The Crystal Weaver Saga: An Ill Fate Marshalling
by E. Liddell
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April 10, 2002
<<Do you even know what we're looking for?>> Jasper asked as we scanned the barren, grey, rocky plain below us.
<<No, not really,>> I admitted. I'd assumed that the Doom Phantom's prison was a globe not unlike the one that had held the Negaforce, but I didn't know for certain. <<We'd better get down out of the air before someone spots us.>> Levitation didn't take much magic, but if anyone down on the surface happened to so much as glance at the sky they would spot us immediately, and although humans don't often look up, I wasn't willing to take any bets on the usual behavior of who- or whatever inhabited Nemesis.
Jasper shot me a resentful glance as he dropped to the ground beside me. He seemed to be touchy, lately, about people exerting authority over him. Or was it just my authority that he resented?
Malachite had told me, privately, about what had happened between Jasper and Lapis of the Dark Moon, and that fiasco on board her spaceship. That did provide a partial explanation for the way that Jasper was acting--I'd have been a little out of sorts myself, if my girlfriend had tricked, stabbed, and almost killed me--but that didn't explain the growing rift between the two of us. My ability to read people made it obvious what was going on, but it couldn't tell me why, and I somehow thought that it had to be more than delayed adolescent rebellion.
"Do you have a directional preference?" I asked, ignoring my son's behavior as best I could.
"Up," he said, concisely.
I sighed. "Up where?"
Jasper shot me a smoldering glare. "Up there," he said, pointing at a hillside to our left. "It looks like the best vantage point in the area. I may even be able to launch from there. Not all of us need magic to fly, you know."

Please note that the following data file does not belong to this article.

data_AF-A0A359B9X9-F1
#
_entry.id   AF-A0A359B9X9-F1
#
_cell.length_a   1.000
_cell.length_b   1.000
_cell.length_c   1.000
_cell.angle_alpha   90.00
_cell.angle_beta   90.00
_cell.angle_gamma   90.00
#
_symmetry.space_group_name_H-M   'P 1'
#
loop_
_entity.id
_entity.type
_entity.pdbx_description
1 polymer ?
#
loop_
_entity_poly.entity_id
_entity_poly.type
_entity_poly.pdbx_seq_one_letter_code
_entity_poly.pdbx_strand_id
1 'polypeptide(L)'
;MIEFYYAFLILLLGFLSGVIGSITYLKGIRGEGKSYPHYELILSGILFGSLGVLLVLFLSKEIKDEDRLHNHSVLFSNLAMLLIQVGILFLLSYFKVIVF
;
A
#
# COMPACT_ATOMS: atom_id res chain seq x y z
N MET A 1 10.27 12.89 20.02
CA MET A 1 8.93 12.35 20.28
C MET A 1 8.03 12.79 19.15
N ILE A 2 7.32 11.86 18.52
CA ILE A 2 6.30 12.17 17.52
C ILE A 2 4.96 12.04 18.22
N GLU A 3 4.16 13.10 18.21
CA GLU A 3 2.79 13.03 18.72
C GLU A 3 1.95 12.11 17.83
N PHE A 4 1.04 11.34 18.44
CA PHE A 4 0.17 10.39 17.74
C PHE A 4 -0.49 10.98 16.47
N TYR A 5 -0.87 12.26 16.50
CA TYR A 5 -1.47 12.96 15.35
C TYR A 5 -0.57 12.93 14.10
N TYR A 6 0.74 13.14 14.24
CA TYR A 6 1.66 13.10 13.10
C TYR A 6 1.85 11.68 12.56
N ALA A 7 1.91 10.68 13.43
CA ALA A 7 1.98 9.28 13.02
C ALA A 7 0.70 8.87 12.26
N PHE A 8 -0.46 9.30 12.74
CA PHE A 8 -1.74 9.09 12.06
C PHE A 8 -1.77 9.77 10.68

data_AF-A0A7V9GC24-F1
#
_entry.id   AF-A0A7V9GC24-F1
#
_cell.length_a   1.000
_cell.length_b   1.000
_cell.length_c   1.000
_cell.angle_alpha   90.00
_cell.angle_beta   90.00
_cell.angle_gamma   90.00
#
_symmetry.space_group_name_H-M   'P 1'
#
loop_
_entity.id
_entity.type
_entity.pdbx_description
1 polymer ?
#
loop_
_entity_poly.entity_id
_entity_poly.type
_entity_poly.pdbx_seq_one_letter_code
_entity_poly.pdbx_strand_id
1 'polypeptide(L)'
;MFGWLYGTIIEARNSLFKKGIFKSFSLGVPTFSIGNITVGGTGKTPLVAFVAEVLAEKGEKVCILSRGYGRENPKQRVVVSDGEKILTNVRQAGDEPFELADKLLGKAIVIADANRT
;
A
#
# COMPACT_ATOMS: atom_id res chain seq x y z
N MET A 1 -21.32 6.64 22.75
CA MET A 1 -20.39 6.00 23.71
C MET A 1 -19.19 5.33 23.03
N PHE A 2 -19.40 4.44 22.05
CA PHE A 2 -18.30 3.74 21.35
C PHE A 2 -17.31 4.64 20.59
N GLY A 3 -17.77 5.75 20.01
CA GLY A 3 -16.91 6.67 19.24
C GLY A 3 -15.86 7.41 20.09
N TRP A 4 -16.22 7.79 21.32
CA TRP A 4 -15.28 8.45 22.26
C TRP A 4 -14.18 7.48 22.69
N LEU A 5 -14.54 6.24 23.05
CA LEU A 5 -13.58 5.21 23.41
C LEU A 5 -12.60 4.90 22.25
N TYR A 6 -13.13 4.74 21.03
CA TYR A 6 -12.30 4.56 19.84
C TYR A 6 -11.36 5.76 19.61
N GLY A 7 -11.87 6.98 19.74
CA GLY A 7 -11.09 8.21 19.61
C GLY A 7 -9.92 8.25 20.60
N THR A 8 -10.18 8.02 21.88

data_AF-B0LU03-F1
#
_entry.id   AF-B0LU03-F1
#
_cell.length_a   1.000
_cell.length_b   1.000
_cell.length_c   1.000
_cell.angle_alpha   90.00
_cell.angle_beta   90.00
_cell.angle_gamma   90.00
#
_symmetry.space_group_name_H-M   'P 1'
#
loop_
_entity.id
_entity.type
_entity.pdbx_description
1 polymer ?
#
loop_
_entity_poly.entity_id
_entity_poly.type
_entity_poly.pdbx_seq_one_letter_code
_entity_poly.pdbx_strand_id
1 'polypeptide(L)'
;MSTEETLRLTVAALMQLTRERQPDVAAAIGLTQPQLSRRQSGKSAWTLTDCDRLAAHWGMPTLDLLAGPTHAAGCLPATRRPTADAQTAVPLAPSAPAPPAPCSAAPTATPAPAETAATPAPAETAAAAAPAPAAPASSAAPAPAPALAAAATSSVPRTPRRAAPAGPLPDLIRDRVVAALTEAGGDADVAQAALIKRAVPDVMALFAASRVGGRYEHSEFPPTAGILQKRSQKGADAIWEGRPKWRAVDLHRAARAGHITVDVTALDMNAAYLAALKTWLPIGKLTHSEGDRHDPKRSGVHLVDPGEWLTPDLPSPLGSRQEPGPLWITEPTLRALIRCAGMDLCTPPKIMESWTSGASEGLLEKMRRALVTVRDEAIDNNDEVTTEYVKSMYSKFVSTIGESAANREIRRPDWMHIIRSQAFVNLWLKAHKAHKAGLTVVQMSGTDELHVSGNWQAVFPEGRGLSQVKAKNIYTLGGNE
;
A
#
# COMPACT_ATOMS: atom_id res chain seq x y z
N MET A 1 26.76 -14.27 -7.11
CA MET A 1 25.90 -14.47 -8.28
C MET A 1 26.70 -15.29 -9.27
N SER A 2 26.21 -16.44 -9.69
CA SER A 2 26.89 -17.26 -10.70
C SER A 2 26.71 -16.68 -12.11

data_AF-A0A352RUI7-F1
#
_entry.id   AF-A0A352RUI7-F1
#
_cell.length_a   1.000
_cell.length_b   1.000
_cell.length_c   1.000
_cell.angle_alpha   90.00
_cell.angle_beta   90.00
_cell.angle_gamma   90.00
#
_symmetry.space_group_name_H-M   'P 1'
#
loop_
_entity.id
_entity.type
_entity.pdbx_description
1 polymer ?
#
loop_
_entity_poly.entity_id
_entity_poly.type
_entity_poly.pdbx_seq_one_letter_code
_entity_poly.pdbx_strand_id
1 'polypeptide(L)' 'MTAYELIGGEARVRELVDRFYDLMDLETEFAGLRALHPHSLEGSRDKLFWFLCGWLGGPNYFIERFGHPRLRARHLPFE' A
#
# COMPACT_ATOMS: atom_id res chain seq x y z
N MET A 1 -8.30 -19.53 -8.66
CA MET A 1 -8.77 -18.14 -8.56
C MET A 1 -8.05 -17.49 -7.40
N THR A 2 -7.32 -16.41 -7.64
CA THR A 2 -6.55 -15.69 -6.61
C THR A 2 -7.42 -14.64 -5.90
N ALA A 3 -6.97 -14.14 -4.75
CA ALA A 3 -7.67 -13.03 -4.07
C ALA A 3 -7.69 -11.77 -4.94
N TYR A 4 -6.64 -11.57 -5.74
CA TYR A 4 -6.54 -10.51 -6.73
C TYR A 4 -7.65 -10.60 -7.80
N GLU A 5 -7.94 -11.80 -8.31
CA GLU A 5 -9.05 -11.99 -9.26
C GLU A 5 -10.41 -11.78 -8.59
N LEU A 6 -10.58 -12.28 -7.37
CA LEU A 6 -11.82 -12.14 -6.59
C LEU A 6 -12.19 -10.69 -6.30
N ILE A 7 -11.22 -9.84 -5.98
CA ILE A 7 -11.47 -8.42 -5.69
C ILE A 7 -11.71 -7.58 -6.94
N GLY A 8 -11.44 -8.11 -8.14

I nodded. Of course, he couldn't really fly--even with those massive shoulders of his, he just didn't carry enough muscle to get himself off the ground from a standing start--but he had a large enough wingspan to glide. And an unpowered aerial reconnaissance might give us just the edge that we needed.
"After you," I said.
I was to regret that several times in the ensuing hour, as his efforts to reach the top of the hill (perhaps a little more enthusiastic than strictly necessary) sent loose gravel tumbling down past me. I hate having rocks down my collar. And then there were the places where the hillside steepened, becoming almost vertical, and I had to wedge the tips of my fingers into tiny cracks in the grey rock. I would have preferred to be back in the Negaverse, hunting renegade youma through the outer reaches. At least then I could have teleported to the top of the ridge.
We were about two-thirds of the way up, just past one of those horrible vertical stretches, when I called a halt. I flexed my shoulder muscles and winced. Damn it all! I just wasn't built for this! Jasper, with his prodigious upper-body strength, found the vertical climbs much easier. I didn't think that I'd be able to keep up with him much longer. At least my gloves had kept me from bloodying my fingers on the stone.